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High School #11 to Be Named Emerson High School

Oct 08, 2019

Rendering of Emerson High School Entry.Frisco ISD’s eleventh high school will be named Emerson High School after the original name of the City of Frisco.

Construction for the school began this summer near the intersection of Stacy Road and Collin-McKinney Parkway in west McKinney. It will open to students in the fall of 2021.

When FISD purchased land for Emerson in 2015, officials worked with Allen ISD on a boundary swap to provide more flexibility for the layout of the site. The architectural firm Stantec began design work in 2016. Lower than projected student enrollment growth allowed the District to leverage existing schools and push out the projected opening date from 2019 to 2021.

The District will draw attendance zones for Emerson High School in 2020 in anticipation of the 2021 opening. For the second year in a row, the District will not modify school boundaries this fall. The 2020-21 school year boundaries will remain the same as the 2019-20 boundaries. Click here to learn more about the boundary modification process. 

Planning is also underway for high school #12, which will be built near the corner of Rockhill and Teel parkways. Architect Corgan Associates, Inc. has started preliminary meetings with the City of Frisco to ensure coordination with adjacent developments. Construction will begin in the summer of 2020 and the campus is anticipated to open in the fall of 2022.

The Story of Emerson

Before Frisco was named Frisco and before the people of Lebanon, Texas rolled their homes to Frisco, the town was named Emerson. In 1902, the first plot of land was purchased to establish the town of Emerson.

Emerson was named for McKinney businessman Francis Emerson, who owned the farm where the townsite was located. He owned large tracts of land, including a lake, which were renowned as some of the most beautiful ranches west of McKinney.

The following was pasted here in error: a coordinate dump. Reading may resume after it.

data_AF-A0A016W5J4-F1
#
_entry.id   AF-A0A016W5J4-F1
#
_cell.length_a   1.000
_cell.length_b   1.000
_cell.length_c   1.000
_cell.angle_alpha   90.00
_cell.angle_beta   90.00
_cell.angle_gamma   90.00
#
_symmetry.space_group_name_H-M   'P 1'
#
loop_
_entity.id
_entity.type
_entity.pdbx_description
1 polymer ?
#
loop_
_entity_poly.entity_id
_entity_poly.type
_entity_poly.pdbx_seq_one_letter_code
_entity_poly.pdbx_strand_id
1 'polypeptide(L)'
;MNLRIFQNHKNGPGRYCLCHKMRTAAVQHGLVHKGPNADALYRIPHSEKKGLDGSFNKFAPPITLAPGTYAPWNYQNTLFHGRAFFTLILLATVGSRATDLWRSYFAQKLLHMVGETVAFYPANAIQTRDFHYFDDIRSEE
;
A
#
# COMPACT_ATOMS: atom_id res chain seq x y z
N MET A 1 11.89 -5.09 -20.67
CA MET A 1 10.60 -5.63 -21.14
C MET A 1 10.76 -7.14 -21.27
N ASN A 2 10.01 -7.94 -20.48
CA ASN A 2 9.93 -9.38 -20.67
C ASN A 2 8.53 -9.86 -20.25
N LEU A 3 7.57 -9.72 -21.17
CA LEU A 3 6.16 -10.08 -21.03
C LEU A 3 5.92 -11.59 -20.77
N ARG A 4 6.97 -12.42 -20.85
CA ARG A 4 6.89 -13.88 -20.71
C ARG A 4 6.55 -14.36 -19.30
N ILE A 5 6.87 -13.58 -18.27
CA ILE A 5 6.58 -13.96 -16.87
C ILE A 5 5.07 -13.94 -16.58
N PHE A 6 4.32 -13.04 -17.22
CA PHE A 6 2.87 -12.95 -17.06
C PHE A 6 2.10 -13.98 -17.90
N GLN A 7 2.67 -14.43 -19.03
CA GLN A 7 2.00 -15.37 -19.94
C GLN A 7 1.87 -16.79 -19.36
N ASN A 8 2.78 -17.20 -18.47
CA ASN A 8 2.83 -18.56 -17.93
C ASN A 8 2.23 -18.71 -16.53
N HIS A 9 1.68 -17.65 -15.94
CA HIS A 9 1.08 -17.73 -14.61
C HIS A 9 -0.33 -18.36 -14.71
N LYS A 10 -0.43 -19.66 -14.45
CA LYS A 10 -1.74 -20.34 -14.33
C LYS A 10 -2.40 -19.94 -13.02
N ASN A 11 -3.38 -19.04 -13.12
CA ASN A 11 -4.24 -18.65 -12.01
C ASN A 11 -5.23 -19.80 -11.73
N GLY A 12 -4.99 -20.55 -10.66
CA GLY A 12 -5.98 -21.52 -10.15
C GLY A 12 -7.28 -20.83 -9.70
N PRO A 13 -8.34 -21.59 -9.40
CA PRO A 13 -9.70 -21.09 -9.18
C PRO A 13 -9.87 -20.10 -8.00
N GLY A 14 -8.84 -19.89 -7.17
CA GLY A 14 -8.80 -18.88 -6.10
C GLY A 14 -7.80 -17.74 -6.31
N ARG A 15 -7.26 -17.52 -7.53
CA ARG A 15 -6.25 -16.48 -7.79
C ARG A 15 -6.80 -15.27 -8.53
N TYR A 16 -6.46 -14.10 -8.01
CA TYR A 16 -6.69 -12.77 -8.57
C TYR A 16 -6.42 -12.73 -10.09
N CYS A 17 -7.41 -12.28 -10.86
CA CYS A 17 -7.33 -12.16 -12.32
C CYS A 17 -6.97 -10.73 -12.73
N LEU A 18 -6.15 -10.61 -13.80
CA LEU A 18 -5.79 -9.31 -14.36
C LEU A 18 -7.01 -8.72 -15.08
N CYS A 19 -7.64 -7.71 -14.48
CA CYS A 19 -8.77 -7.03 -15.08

In 1902, a line of the St. Louis-San Francisco Railway was being built through the area, and periodic watering holes were needed along the rails for the steam engines. 

At the time, the settlement of Lebanon was located on the Preston Ridge and was too high in elevation, so Emerson’s lake was perfectly placed about four miles to the west on lower ground.

The Blackland Townsite Co., a subsidiary of the St. Louis-San Francisco Railway, bought the land from Emerson in 1901. Emerson sold his land for $30 an acre, much less than the current $200K an acre now. 

The land was subdivided into lots, and a public auction was held in February 1902 to sell the lots to potential settlers.

A community quickly grew around the train stop.

The original town of Emerson was bordered by what is now known as John W. Elliott Drive, North and South County Roads, Ash Street and Walnut Street.

However, the name was short-lived.

When the application was made for a post office under the name Emerson, the application was refused. There is a town called Emberson north of Paris, Texas, in Lamar County, and authorities ruled that the names were too similar.

In response, the railroad station took the name Frisco City in March of 1902. Frisco was a combination of FR, which derived Francisco, IS, which came from the latter part of St. Louis, and CO was for company, in honor of the St. Louis, San Francisco and Texas Railway Company.

The town itself was without a permanent name until May 15, 1902 when the local paper proudly announced, “The name of our town is finally settled.” Frisco it was. 

When the town officially became Frisco, the railroad company immediately dropped the “City” in Frisco City and changed the station name to Frisco as well. 

It is fitting that this Frisco ISD high school, located in the City of McKinney, pays tribute to the original name of Frisco, which was inspired by a businessman from McKinney.

To learn more about the early history of Frisco and Frisco ISD, click here.

Members of the Frisco ISD community are welcome to suggest names for upcoming campuses, including high school #12. Please email Susan Dye with a suggestion and rationale.

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